Barbora Tallová and Luca Mariano Mariano
The European Union ‘is ready to play its part in Syria’s reconstruction and reconciliation, as soon as a genuine political transition is firmly underway’. More than ten years into what continues to be described as the most devastating humanitarian crisis of our time, the EU still struggles to articulate clear policies towards Syria. Throughout the conflict, its efforts have been hindered by the need to balance the member states’ political and economic sensibilities, pressures exerted by foreign actors, and failure to transpose its rhetoric into action. Today, Europeans continue pursuing the unfeasible dream of implementing democracy through regime change, leaving the Syrians with yet another policy approach ill-suited for current realities—while war still lingers, Syria’s leadership has already been decided in favour of the al-Assad regime. The EU should aim to create conditions that allow a Syrian civil society to emerge by addressing the damages of war and restoring the country’s deteriorated social fabric. We argue that for the political transition to be made possible, the European ‘more’ of the ‘more for more’ approach needs to come first.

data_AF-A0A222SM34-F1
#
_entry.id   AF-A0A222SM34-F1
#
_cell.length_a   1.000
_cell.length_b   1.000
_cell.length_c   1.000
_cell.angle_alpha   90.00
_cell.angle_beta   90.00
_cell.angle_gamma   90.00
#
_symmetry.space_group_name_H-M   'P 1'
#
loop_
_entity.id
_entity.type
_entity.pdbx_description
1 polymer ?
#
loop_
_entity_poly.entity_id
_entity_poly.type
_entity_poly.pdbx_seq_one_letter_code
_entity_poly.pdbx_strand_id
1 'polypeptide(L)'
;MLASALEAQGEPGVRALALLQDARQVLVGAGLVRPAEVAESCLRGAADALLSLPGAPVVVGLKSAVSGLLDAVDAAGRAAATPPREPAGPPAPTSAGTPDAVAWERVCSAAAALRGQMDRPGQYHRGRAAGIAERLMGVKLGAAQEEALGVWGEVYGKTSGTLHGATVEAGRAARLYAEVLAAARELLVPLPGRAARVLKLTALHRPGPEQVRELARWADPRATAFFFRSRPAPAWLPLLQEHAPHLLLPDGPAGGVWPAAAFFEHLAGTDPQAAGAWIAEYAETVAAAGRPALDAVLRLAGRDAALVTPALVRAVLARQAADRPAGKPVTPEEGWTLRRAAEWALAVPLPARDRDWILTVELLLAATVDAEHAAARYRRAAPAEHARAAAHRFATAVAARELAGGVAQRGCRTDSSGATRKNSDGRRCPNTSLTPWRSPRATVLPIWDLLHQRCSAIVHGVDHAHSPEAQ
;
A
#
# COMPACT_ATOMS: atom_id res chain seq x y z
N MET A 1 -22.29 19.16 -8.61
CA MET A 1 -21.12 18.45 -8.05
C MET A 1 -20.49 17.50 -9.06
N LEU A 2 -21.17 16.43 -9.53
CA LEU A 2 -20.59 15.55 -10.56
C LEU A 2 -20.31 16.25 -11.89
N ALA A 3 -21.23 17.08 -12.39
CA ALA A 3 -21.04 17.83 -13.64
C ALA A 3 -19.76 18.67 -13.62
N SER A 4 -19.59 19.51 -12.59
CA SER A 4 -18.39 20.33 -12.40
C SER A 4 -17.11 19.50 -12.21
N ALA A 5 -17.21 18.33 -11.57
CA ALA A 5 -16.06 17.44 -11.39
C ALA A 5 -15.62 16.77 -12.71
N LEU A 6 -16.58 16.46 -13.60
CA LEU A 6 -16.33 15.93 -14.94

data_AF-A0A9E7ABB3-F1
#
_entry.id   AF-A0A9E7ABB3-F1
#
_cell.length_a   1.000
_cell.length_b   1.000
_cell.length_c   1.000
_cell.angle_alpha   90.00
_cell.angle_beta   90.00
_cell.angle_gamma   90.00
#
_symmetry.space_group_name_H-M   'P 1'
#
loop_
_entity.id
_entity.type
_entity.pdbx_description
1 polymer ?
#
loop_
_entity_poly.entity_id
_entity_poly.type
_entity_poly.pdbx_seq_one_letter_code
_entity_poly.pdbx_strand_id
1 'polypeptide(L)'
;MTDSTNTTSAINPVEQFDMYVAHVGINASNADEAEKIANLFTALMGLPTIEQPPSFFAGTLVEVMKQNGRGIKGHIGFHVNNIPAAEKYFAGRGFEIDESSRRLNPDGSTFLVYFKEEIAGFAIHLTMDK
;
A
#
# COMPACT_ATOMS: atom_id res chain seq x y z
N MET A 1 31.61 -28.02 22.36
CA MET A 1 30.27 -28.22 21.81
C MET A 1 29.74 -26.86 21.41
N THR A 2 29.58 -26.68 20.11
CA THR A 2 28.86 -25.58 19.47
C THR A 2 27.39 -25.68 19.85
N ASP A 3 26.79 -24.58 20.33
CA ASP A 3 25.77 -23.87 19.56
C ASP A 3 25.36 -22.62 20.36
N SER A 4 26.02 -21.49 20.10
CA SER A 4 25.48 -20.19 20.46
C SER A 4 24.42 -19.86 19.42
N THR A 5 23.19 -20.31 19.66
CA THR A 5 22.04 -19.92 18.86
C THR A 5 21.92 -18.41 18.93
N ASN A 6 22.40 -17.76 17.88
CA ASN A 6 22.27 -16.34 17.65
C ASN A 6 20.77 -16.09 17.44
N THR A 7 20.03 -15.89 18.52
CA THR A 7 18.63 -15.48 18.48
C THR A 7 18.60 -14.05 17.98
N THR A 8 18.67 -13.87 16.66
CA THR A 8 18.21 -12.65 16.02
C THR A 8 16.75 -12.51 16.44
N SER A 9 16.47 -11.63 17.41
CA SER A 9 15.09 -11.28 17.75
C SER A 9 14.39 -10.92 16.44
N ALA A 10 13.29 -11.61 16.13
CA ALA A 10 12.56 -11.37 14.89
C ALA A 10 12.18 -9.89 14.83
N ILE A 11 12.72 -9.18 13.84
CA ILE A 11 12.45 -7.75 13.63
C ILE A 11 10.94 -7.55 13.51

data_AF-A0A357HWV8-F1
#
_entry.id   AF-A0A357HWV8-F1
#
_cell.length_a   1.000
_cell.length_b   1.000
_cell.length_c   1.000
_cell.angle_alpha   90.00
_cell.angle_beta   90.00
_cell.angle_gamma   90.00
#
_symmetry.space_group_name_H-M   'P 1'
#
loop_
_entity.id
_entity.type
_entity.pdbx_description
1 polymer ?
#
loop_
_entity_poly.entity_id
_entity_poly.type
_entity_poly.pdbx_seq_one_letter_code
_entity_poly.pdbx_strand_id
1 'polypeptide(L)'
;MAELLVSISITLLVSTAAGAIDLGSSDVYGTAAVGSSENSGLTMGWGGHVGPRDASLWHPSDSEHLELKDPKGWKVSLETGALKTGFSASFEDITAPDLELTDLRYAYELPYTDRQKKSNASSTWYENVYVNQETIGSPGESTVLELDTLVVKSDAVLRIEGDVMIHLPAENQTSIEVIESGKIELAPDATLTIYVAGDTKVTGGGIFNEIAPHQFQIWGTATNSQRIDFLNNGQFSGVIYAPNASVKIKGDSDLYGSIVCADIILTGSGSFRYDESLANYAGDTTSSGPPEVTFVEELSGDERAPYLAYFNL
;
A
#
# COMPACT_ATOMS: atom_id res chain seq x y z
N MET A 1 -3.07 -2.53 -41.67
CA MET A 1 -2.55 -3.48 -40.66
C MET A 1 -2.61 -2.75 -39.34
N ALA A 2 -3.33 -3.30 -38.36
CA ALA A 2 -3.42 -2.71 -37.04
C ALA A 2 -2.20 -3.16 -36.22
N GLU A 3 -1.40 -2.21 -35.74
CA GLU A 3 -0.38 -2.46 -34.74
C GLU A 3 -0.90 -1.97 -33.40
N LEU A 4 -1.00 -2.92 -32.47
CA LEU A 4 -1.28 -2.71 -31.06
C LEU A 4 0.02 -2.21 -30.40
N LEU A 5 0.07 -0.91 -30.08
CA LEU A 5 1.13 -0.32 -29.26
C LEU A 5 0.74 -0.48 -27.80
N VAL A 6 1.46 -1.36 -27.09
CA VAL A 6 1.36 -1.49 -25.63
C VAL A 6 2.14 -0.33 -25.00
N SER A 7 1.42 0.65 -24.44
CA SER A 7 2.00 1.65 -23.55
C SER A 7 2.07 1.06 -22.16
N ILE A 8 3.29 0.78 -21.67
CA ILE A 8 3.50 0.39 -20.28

Read the full paper here.
Read the short version of the paper here.
The importance of local political activism in reducing the rise of extremist parties: the impact on young people and migrants - Iman J. ShaikhRead Now
Iman J. Shaikh
King's College London
European Student Policy Competition, April 2020
This policy paper outlines the relevance and importance of local political activism in reducing the rise of extremist parties, and what the EU can do to encourage its Member States to have greater success in this area. It details why policies implemented in the past, whilst being a good start, are not comprehensive enough, and nor do they offer sufficient scope for local policymakers to implement effective changes directly within their communities. The threat that extremism faces to society is undeniable, and thus this paper outlines two methods that can be utilised to best mitigate its effects by focussing primarily on the most vulnerable groups: young people and migrants. Overall, it calls for the EU to continue encouraging local action and training as outlined in RAN,1 but in addition to this, utilise social media to effectively engage the youth, and provide linguistic and cultural education for migrants, and make these measures compulsory action for Member States.
Full policy paper can be found here.